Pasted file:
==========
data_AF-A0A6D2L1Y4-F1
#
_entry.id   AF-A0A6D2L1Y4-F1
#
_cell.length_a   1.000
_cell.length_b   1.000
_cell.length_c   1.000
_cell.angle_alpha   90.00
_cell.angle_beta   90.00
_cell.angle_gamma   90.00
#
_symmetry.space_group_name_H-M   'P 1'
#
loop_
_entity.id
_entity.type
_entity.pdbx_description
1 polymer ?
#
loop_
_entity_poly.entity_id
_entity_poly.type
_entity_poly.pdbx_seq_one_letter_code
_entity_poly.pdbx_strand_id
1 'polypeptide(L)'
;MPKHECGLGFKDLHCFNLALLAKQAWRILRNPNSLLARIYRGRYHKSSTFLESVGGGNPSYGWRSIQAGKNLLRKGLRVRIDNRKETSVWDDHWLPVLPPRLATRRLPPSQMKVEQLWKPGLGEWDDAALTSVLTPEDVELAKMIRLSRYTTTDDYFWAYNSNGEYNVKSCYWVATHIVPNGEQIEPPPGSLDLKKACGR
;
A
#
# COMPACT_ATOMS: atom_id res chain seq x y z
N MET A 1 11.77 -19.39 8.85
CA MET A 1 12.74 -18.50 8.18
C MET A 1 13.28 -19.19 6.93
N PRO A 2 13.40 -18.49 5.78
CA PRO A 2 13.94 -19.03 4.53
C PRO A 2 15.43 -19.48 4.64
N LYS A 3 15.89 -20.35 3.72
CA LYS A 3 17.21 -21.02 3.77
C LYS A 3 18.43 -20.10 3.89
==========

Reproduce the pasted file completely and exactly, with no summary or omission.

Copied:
data_AF-A0A6D2L1Y4-F1
#
_entry.id   AF-A0A6D2L1Y4-F1
#
_cell.length_a   1.000
_cell.length_b   1.000
_cell.length_c   1.000
_cell.angle_alpha   90.00
_cell.angle_beta   90.00
_cell.angle_gamma   90.00
#
_symmetry.space_group_name_H-M   'P 1'
#
loop_
_entity.id
_entity.type
_entity.pdbx_description
1 polymer ?
#
loop_
_entity_poly.entity_id
_entity_poly.type
_entity_poly.pdbx_seq_one_letter_code
_entity_poly.pdbx_strand_id
1 'polypeptide(L)'
;MPKHECGLGFKDLHCFNLALLAKQAWRILRNPNSLLARIYRGRYHKSSTFLESVGGGNPSYGWRSIQAGKNLLRKGLRVRIDNRKETSVWDDHWLPVLPPRLATRRLPPSQMKVEQLWKPGLGEWDDAALTSVLTPEDVELAKMIRLSRYTTTDDYFWAYNSNGEYNVKSCYWVATHIVPNGEQIEPPPGSLDLKKACGR
;
A
#
# COMPACT_ATOMS: atom_id res chain seq x y z
N MET A 1 11.77 -19.39 8.85
CA MET A 1 12.74 -18.50 8.18
C MET A 1 13.28 -19.19 6.93
N PRO A 2 13.40 -18.49 5.78
CA PRO A 2 13.94 -19.03 4.53
C PRO A 2 15.43 -19.48 4.64
N LYS A 3 15.89 -20.35 3.72
CA LYS A 3 17.21 -21.02 3.77
C LYS A 3 18.43 -20.10 3.89